The Working Poor: Survival In An Economic Darwinism America
Think you could feed your entire family on $25 worth of groceries for the entire week? Sandra Walerski does, along with thousands of other working poor across America whose bottom lines are being tightened even more with the rising costs of fuel, energy, groceries and everything else:
Food and gas prices soar while the dollar weakens and employers shed jobs. People like Walerski are among the worst casualties – a rising number of working poor in the region, generally defined as families with one or more workers making no more than twice the poverty level.
Being working poor is like living in another America, a lesser country where you go to a job, pay bills – do everything right – and still teeter perilously close to the edge….
The family often faces months in which they owe about $800 more than they take in, debt they carry around like lead luggage. They always pay the water bill; they’re slowly paying off the $1,500 they owe the electric company.
They haven’t bought heating oil in three years. This winter, three space heaters and lots of sweaters provided the only warmth. ("You’d be surprised to see how fast everyone moves in the house in the morning," Walerski says.)…
The Walerski’s aren’t the only ones dealing with this. The Ft. Worth Star-Telegram has been doing an ongoing series on the working poor in their area by following four families on the edge in Tarrant County, and it is heartbreaking reading.
According to the Working Poor Families Project, there are a lot more folks living on the financial edge these days than you might think (PDF):
?One in four working families is low-income.
?Forty percent of minority working families are low-income, twice the percentage of white working families.
?Of all children in working families, one third are in low-income working families.
?A married couple heads more than half of low-income working families.
?While 35 percent of low-income working families have a parent who did not complete high school, 42 percent have a parent with some post-secondary education.
?More than half of low-income working families pay more than a third of their income for housing; more than a third have a parent without health insurance.
Last month marked the 75th anniversary of the establishment of the minimum wage, which still faces stiff opposition in some corners and some hefty debate:
…The new law was enormously effective: within a year, it brought millions of low-paid workers up to a wage of 30 cents an hour. It also had major weaknesses, notably that it was not indexed to inflation. Congress has to raise it, which leaves low-income workers at the mercy of politics.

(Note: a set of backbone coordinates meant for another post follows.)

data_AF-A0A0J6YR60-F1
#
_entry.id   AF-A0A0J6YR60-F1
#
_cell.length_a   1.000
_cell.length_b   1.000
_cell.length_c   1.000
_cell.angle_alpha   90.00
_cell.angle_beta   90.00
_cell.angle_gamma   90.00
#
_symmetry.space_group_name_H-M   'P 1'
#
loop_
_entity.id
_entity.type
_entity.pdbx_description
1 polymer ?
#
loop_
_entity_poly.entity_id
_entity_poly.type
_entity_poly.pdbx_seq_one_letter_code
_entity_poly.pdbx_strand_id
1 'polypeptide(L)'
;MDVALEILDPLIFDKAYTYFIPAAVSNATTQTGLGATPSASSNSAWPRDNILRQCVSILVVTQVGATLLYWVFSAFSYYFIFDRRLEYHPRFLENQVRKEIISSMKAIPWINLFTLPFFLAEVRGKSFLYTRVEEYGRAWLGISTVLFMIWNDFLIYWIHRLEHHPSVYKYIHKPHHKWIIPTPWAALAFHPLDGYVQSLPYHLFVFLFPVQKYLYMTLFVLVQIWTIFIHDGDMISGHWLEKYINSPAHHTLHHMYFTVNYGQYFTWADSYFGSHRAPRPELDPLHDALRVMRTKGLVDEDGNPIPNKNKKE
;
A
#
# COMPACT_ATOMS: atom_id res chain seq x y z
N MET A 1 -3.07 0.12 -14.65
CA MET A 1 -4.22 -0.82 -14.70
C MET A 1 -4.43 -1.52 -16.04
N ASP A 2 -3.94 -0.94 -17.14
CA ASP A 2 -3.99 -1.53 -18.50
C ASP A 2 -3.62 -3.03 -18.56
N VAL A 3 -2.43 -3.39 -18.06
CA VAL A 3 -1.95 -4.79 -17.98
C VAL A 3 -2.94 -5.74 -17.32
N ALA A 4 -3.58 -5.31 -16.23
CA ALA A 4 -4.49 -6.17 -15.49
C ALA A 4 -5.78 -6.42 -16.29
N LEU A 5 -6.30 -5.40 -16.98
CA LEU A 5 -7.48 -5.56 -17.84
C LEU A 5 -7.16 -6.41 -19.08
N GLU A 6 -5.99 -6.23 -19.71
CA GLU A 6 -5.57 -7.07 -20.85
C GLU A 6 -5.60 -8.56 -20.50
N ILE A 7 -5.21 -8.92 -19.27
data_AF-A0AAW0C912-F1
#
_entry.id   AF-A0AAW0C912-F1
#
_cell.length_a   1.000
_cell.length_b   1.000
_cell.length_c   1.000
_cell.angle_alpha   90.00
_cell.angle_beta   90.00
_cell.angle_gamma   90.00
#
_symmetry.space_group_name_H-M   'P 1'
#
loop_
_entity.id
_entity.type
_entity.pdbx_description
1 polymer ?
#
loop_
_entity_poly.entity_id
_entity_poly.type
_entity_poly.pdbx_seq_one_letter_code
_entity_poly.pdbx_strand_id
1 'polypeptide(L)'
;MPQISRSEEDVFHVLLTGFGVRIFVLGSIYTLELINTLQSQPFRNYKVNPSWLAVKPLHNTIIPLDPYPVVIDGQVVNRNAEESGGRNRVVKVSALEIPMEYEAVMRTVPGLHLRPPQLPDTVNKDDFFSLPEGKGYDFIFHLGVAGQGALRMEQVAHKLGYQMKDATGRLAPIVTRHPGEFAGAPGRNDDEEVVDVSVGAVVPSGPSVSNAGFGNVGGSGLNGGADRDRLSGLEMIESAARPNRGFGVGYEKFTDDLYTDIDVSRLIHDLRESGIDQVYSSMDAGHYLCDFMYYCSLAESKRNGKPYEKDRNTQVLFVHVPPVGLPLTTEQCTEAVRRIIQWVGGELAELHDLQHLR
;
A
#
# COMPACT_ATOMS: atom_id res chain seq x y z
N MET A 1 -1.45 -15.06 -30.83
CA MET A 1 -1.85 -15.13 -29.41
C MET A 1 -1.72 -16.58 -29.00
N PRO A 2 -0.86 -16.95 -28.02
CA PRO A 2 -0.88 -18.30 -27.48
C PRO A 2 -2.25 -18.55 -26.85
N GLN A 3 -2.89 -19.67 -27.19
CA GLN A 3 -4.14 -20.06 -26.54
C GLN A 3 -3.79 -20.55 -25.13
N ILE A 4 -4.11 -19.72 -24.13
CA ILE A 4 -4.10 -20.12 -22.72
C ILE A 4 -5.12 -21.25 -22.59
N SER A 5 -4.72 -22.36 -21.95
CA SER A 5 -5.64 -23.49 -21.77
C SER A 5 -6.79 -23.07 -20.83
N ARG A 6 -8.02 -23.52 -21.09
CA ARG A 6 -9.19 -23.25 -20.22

The minimum wage continues to have powerful enemies. Businesses that pay low wages lobby strongly against increases, arguing that they cause jobs to disappear. The Bush administration has been hostile. When Elaine Chao was nominated to be the next labor secretary, she called for states to be able to opt out of the federal minimum wage — which would destroy the whole idea of a national minimum wage.
Last year, the new Democratic-controlled Congress raised the minimum wage for the first time in 10 years. The increase was a real victory. But even with it, the minimum wage — which reaches $7.25 an hour in 2009 — is still far below where it was in the 1960s, in real dollars. A family of three earning the 2009 minimum wage would still be well below the federal poverty line. And because the minimum wage remains unindexed, low-wage workers will fall even further behind before Congress rouses itself to grant another increase.
Economists, who are more sophisticated today than they were in 1933, now place more emphasis on raising the Earned Income Tax Credit. Because it is tied to family income rather than wage levels, the tax credit can be targeted precisely at workers who need it most. There has also, understandably, been considerable focus this year on trying to provide the working poor — and everyone else — with affordable health care.
In this year’s “change” election, more attention should be paid to the working poor, who were hit especially hard by the economic policies of the last eight years. There should be talk of tax credits and health care — and the minimum wage. Advocates for the working poor argue for a better raise than the one Congress passed last year — perhaps one set at half the national average hourly wage, which would bring it roughly to where it was in the 1960s, and tie it to the rate of inflation….
Poverty has taken a back seat to so much else the last few years. But it is a problem that is increasing, not decreasing, and one in which far too many of the nation’s children are trapped in an endless cycle of hunger, need, and lack of adequate health care which has dire consequences for academic performance and development if left unchecked. By not addressing these needs, we are consigning these children to this lifestyle that was not of their own choosing, by sheer neglect of basic needs. This is unconscionable.
A whole host of Americans are staring into a financial abyss not of their own making. They try to plan, spend prudently, save where they can, invest wisely, work overtime…and it keeps getting eaten up by costs that are rising faster than they can make up the difference. What is going to happen in the dead of winter with home heating oil costs at all time highs this year, I do not know — but I do know that we had best start this conversation now rather than waiting. Or it may be too late for far too many children across the country whose family fortunes are not of their own making, either.
Because the nation’s soup kitchens and food pantries are already struggling under the weight of increased needs and diminishing donations as more and more Americans tighten their belts for a long, desperate road ahead.
(YouTube — Bill Moyers’ Journal — interview with Holly Sklar about wages and workers.)